Effective Floor Cavity And Knee Wall Construction Techniques In Two-Story Homes In Hot Climates

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This article or paper was published in the ASHRAE Thermal Performance of the Exterior Envelopes of Whole Buildings XIII International Conference Proceedings. Copyright 2016 ASHRAE. Reprinted by permission at www.fsec.ucf.edu. This article may not be copied and/or distributed electronically or in paper form without permission of ASHRAE. For more information, visit www.ashrae.org. Requests from third parties for use of ASHRAE published content should be directed to www.ashrae.org/permissions.

It is understood that the floor cavity between the first and second floors of residential construction should be isolated from unconditioned space by an effective air and thermal barrier. Although the construction materials utilized likely have reasonable air and thermal resistance, the application may not be applied correctly or some applications may not hold up well over time. A research project of existing homes (Withers and Kono 2015) measured impacts from this problem and identified durable construction techniques and cost-effective repairs. Floor cavity pathways to unsealed attics combined with natural or mechanical driving forces result in air transport between the attic and the floor cavity. Unconditioned air leakage into residential floor cavities has been found to cause elevated space-conditioning costs, increase peak electric utility demand, and cause moisture-related problems.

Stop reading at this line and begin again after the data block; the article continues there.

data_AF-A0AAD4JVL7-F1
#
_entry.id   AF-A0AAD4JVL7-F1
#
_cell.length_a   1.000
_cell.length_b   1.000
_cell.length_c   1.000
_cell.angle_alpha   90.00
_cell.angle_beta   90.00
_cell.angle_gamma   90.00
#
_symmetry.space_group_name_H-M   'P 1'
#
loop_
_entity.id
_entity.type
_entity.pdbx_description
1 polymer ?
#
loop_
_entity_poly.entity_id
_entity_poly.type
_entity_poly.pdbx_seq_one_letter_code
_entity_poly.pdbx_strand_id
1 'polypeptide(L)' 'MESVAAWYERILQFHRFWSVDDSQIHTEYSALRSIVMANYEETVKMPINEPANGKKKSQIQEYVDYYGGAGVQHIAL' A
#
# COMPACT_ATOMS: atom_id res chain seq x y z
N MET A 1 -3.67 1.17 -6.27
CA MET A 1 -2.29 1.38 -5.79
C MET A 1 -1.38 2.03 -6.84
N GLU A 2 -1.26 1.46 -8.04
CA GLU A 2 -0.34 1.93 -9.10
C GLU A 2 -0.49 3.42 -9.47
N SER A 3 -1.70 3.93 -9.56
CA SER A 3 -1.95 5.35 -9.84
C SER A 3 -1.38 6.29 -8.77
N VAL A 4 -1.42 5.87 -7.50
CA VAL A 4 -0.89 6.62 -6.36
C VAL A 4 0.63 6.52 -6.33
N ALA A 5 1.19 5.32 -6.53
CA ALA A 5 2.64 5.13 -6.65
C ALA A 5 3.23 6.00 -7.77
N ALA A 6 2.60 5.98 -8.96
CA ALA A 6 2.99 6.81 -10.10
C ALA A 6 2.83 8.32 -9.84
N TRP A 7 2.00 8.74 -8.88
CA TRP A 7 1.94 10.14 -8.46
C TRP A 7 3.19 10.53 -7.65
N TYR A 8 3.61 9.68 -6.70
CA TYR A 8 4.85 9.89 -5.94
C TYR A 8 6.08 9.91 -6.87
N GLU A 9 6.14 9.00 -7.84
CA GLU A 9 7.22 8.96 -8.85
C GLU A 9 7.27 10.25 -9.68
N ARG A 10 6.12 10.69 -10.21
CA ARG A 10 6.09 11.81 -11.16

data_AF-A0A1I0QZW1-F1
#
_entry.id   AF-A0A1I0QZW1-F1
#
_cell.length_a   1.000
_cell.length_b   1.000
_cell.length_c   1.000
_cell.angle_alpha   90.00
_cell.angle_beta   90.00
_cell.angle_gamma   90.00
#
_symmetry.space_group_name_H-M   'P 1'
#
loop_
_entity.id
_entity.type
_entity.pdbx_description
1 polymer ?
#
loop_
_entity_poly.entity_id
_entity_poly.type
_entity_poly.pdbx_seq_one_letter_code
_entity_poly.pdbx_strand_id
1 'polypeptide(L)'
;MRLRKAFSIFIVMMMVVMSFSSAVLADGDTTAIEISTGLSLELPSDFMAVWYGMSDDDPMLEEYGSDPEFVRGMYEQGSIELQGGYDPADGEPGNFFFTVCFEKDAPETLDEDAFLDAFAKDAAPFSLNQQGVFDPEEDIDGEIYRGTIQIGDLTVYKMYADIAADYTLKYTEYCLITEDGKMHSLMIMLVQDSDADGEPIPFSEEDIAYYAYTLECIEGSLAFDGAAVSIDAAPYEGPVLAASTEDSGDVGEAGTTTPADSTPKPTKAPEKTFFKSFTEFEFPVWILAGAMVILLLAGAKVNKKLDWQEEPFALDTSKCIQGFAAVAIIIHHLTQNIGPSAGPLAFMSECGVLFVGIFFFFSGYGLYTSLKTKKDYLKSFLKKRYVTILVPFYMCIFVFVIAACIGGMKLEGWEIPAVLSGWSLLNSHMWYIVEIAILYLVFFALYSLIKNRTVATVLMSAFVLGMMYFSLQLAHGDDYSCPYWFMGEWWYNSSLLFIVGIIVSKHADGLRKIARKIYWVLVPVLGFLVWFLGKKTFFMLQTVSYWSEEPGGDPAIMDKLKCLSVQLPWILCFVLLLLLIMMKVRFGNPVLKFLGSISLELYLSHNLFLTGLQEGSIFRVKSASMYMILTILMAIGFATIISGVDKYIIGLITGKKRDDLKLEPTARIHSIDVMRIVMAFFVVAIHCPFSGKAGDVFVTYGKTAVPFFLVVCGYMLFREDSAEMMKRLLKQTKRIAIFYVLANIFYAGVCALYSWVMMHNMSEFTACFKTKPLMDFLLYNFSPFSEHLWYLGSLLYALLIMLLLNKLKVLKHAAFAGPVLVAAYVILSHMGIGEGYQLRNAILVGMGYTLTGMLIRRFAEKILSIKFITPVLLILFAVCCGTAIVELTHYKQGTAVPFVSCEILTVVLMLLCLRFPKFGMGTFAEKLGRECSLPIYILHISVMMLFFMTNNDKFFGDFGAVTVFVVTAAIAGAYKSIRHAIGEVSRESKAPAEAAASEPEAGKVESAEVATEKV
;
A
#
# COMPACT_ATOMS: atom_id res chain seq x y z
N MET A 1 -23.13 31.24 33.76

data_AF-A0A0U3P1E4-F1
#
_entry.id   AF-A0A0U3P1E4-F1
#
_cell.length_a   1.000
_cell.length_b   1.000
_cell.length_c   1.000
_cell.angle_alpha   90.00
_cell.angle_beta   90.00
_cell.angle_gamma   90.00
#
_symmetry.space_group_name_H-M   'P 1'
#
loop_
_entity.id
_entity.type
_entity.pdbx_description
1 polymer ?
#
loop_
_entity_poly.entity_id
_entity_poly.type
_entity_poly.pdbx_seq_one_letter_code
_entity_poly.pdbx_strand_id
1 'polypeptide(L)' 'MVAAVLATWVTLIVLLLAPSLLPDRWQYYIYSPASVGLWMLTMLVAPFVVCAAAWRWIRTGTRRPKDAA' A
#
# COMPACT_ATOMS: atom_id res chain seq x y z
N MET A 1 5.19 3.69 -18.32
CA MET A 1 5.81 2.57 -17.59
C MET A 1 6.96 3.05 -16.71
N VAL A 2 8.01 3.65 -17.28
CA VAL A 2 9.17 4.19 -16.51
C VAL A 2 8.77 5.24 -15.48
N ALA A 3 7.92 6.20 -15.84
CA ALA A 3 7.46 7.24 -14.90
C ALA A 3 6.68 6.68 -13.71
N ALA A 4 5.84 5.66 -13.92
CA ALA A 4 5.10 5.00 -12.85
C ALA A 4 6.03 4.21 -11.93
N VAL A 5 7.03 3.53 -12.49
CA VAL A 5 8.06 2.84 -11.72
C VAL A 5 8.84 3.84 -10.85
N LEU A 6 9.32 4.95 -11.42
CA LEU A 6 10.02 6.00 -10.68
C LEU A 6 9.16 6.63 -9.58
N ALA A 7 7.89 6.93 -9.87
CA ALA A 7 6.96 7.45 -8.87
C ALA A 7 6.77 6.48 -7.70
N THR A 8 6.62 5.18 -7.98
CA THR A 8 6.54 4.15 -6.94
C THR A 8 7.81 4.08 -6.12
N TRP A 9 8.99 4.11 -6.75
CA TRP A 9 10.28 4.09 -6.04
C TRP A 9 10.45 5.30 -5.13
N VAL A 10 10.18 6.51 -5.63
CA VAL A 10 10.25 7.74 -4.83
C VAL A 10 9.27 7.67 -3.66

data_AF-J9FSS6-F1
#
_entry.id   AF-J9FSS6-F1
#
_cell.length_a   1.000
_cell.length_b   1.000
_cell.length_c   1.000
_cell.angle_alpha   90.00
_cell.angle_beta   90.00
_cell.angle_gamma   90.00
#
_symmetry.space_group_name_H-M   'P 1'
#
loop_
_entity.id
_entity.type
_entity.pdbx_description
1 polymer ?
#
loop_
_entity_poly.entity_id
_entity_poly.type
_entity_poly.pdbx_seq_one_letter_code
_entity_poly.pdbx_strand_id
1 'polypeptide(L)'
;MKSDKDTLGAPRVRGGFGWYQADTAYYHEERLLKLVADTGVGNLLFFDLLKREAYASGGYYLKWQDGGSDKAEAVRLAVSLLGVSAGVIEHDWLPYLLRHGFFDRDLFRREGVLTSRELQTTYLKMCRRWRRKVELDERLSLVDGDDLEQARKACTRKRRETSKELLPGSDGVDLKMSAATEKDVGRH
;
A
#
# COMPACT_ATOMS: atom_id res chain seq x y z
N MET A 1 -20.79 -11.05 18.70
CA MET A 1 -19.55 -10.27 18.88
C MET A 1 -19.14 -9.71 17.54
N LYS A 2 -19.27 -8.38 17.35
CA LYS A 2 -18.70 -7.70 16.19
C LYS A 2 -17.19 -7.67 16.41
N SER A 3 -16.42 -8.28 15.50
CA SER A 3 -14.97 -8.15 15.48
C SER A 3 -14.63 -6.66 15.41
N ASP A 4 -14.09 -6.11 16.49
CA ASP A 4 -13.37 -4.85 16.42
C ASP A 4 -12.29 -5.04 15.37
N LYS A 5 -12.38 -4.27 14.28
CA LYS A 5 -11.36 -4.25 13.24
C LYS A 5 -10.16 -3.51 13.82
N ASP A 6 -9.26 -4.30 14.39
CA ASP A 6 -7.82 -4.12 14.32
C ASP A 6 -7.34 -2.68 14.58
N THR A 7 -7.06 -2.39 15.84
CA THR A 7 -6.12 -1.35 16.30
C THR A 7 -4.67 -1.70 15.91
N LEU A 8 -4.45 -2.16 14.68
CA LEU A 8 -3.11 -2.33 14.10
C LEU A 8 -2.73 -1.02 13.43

This paper provides new research on measured cooling and heating impacts from floor cavity and knee wall repair. Overall, 56 multistory homes were inspected and had performance tests completed, with 12 monitored for energy savings from floor cavity and some knee wall repairs. This paper describes practical inspection, testing, and dependable construction methods. Construction methods discussed consider challenges such as contractor experience, limited working access, and complex structural geometry. The measured energy savings from floor cavity repairs combined with cost-effective repair methods in 12 homes was found to be able to pay for repairs in about 3 to 4 years. Evidence from one home has shown that significant building moisture damage was eliminated as a result of floor cavity repair.

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Presented at ASHRAE Thermal Performance of the Exterior Envelopes of Whole Buildings XIII International Conference, Clearwater, FL – December 2016

Copyright 2016 ASHRAE

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FSEC Energy Research Center® Collection



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